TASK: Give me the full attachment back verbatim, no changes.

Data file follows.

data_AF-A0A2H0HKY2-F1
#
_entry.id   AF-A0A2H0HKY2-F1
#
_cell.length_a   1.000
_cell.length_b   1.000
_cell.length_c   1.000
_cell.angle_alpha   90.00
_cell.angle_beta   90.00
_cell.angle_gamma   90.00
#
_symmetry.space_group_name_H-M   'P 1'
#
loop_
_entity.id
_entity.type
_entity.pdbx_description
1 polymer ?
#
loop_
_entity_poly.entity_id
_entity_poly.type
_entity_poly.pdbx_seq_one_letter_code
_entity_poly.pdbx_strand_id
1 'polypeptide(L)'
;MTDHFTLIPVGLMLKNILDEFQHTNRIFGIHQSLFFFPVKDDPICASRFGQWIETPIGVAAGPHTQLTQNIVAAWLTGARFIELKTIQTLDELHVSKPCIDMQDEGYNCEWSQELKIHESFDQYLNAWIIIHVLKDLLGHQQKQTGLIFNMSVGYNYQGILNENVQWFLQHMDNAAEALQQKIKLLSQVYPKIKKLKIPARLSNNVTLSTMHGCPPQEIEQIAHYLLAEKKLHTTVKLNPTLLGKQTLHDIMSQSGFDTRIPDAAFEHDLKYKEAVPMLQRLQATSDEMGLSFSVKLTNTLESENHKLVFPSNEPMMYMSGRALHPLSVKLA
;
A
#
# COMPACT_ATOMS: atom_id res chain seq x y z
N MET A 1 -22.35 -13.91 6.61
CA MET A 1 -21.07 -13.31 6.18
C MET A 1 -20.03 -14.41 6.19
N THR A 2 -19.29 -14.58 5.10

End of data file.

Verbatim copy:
data_AF-A0A2H0HKY2-F1
#
_entry.id   AF-A0A2H0HKY2-F1
#
_cell.length_a   1.000
_cell.length_b   1.000
_cell.length_c   1.000
_cell.angle_alpha   90.00
_cell.angle_beta   90.00
_cell.angle_gamma   90.00
#
_symmetry.space_group_name_H-M   'P 1'
#
loop_
_entity.id
_entity.type
_entity.pdbx_description
1 polymer ?
#
loop_
_entity_poly.entity_id
_entity_poly.type
_entity_poly.pdbx_seq_one_letter_code
_entity_poly.pdbx_strand_id
1 'polypeptide(L)'
;MTDHFTLIPVGLMLKNILDEFQHTNRIFGIHQSLFFFPVKDDPICASRFGQWIETPIGVAAGPHTQLTQNIVAAWLTGARFIELKTIQTLDELHVSKPCIDMQDEGYNCEWSQELKIHESFDQYLNAWIIIHVLKDLLGHQQKQTGLIFNMSVGYNYQGILNENVQWFLQHMDNAAEALQQKIKLLSQVYPKIKKLKIPARLSNNVTLSTMHGCPPQEIEQIAHYLLAEKKLHTTVKLNPTLLGKQTLHDIMSQSGFDTRIPDAAFEHDLKYKEAVPMLQRLQATSDEMGLSFSVKLTNTLESENHKLVFPSNEPMMYMSGRALHPLSVKLA
;
A
#
# COMPACT_ATOMS: atom_id res chain seq x y z
N MET A 1 -22.35 -13.91 6.61
CA MET A 1 -21.07 -13.31 6.18
C MET A 1 -20.03 -14.41 6.19
N THR A 2 -19.29 -14.58 5.10